In the beginning of this module, we presented the Sierpinski gasket, made from triangles:

Create this object with paper and pencil by drawing a triangle, then finding the midpoints, and creating a new triangle by connecting the midpoints you found. The black triangles represent those that “stay” and the white represent those that “go”. Draw a few more steps, you will want to refer to this drawing throughout the exercise.

In this activity, we will discover more interesting features of this well-known fractal.

**Goals:**

- Develop a mathematical expression that represents the number of triangles in a Sierpinski gasket that “stay” at any step in the generating process. (see above for context for the meaning of “stay”)
- Develop a mathematical expression that represents the perimeter of a Sierpinski gasket at any step in the generating process.
- Develop a mathematical expression that represents the area of a Sierpinski gasket at any step in the generating process.

You can probably find the answers to these goals by searching the internet. It will be your loss if you do, this is an interesting activity that will help you understand how math can be used to express the behavior of fractal generation in a concise and elegant way. So go ahead, miss out on the opportunity for self-discovery. Or, read on…

To achieve goal #1, do the following:

- Answer this question – how many midpoints can you find on a triangle? Keep this in mind as you develop your answer to #1. Go ahead, Google midpoint if you need a reminder.
- For each stage, count the number of black triangles. It may help to put your data in a table like this:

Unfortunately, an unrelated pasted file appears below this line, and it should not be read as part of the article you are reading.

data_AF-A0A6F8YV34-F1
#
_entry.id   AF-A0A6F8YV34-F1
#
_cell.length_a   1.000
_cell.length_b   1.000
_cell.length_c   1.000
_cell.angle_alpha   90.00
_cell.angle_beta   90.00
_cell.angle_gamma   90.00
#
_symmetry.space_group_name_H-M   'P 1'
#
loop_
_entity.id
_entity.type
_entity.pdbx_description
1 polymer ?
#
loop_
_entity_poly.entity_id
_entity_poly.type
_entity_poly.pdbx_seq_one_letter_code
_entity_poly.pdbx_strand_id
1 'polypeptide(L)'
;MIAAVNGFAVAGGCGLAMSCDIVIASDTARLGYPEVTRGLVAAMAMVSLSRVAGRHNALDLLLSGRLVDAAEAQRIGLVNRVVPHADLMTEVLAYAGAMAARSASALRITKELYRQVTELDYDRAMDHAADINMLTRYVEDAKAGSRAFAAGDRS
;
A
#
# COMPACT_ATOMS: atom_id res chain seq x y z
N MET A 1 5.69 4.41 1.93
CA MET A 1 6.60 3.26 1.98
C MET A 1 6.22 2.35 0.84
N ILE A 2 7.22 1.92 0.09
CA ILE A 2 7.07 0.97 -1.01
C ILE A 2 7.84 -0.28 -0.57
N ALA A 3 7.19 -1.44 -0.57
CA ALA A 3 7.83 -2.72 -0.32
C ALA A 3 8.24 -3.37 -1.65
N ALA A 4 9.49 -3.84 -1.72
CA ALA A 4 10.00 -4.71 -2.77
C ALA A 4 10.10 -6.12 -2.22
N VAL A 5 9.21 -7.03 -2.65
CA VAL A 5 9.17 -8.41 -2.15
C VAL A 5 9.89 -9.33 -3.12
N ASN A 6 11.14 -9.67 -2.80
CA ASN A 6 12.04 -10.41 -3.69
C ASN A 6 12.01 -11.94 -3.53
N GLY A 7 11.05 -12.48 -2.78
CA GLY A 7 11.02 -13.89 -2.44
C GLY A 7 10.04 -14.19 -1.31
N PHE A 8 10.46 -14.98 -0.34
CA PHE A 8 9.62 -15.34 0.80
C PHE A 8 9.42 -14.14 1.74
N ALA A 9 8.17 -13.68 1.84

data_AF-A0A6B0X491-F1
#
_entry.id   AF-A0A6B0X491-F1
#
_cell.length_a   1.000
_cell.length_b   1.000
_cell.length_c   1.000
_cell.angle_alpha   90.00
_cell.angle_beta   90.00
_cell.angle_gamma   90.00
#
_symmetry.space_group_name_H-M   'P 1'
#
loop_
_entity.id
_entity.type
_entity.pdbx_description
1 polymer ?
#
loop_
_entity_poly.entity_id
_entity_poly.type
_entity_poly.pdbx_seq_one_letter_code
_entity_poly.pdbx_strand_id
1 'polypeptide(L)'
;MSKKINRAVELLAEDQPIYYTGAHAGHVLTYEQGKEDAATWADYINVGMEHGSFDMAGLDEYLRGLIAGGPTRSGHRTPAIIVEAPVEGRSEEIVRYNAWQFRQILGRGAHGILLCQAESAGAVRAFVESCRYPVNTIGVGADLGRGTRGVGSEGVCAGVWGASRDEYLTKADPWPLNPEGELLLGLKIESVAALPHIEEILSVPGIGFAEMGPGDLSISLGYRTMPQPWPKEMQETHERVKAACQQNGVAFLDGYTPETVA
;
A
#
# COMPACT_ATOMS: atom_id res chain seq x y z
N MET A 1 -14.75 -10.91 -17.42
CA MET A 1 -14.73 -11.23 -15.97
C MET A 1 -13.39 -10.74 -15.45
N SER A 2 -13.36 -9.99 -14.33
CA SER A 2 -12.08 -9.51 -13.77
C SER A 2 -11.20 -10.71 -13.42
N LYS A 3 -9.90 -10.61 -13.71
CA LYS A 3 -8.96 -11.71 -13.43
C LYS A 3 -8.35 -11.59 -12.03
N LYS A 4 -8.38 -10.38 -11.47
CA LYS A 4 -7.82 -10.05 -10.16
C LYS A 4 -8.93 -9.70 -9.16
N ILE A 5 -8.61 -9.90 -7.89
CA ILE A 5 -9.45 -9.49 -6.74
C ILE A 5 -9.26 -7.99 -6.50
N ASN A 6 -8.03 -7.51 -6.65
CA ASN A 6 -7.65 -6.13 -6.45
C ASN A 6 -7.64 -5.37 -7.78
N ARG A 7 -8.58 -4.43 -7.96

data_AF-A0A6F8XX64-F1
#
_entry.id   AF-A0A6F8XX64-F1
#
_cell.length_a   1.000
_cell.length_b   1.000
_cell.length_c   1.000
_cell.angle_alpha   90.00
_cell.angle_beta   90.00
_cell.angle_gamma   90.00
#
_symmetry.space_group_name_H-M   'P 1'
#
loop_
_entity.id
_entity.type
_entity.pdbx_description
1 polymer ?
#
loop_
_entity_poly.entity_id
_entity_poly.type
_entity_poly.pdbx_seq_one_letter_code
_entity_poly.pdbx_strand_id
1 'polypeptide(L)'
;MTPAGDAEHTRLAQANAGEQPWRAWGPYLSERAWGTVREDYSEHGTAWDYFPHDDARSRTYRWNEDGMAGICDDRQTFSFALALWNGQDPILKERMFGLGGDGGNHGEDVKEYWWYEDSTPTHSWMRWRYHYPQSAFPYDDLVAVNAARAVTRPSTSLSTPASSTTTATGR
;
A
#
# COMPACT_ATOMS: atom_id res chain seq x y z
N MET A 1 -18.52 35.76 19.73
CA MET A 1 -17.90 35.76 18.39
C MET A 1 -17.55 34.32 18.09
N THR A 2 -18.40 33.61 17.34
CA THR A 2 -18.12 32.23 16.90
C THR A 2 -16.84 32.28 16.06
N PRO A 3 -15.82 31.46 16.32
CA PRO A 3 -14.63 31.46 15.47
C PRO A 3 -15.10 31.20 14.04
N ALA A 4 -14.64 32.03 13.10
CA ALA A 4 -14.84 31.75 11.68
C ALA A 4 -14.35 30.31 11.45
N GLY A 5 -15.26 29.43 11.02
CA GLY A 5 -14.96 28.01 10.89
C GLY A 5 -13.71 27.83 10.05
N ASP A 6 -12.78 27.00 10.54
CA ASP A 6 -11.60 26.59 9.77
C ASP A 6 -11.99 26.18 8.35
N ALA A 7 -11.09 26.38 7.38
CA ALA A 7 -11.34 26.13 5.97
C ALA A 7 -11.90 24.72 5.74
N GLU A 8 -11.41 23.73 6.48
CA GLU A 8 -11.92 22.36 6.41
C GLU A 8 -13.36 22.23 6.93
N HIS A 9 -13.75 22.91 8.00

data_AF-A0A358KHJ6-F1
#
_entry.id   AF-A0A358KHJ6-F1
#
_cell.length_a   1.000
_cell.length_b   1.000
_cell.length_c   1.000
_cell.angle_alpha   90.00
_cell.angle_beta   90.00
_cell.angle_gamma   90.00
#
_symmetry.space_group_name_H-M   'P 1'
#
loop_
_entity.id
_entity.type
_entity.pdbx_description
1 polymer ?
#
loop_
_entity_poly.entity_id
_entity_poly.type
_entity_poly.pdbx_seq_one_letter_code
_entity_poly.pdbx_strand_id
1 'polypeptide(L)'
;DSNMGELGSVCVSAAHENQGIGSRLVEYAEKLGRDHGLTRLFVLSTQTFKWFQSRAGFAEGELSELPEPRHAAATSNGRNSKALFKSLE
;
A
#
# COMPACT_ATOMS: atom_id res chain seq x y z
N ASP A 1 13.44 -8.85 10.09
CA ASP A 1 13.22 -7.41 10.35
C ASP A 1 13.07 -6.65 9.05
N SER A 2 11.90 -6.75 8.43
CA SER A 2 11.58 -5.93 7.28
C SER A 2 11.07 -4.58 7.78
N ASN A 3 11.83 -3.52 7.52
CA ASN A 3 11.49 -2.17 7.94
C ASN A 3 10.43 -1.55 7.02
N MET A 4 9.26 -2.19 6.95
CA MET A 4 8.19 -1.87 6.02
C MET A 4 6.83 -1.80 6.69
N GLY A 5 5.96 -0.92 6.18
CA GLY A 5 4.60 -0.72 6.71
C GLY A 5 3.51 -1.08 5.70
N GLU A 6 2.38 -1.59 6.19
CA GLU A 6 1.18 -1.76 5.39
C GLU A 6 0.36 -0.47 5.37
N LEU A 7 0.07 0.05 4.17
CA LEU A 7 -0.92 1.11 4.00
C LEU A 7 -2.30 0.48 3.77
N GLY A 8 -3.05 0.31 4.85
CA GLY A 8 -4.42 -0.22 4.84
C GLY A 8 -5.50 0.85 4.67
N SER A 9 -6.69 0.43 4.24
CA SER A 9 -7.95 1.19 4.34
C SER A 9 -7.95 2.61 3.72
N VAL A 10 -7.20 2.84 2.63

Step | Number of Black Triangles |

0 (Initial) | 1 |

1 | |

2 | |

3 | |

4 |

- Using a mathematical expression, describe the number of triangles that “stay” at
*any*step in the generating process, use the letter n to represent the step.

To achieve goal #2 do the following:

- First, define the perimeter of the initiator triangle. Let each side of the triangle have a length of 1.
- Next, use the definition of a midpoint to define the lengths of each side of the new triangles that are generated in step 1.
- Now write an expression for the perimeter of one of the three triangles in step 1.
- Continue this process for a couple more steps, keep track of your data using the following table:

n (step) | side length of one triangle | perimeter of one triangle | number of triangles | Perimeter at step n |

0 | 1 | 3 | 1 | 3 |

1 | ||||

2 | ||||

3 | ||||

4 |

- Using a mathematical expression, define the perimeter of the Sierpinski gasket at
*any*step n.

Now answer the following questions:

- How does the length of each side of the initiator triangle change at each step?
- How does the number of triangles at each step effect the perimeter of the gasket?
- Once you have generated an expression for the perimeter of the gasket at any step, try it using these values for n: 20, 50, 100. Describe how the perimeter changes as the number of steps increases.

To achieve Goal #3 do the following:

- First, define the area of the initiator triangle as 1. This will make life easier. The area of the Sierpinski gasket at step 0 is 1.
- Next, think about how much area was removed at step 1. Hint: there are 4 triangles in step 1, and three “stay”. Write down the remaining area for step 1.
- In step 2, we remove the same fraction of the remaining area. Write down an expression for the area at step 2.
- Use a table to track the area at each step for a few more steps

n (step) | Area |

0 | 1 |

1 | |

2 | |

3 | |

4 |

- Define a mathematical expression for the area of the Sierpinski gasket at
*any*step using the variable n to define the step.

Now answer the following questions:

- How does the number of triangles in each step effect the area remaining?
- Once you have generated an expression for the area of the gasket at any step, try it using these values for n: 20, 50, 100.
- Describe how the area of the gasket changes as the number of steps increases.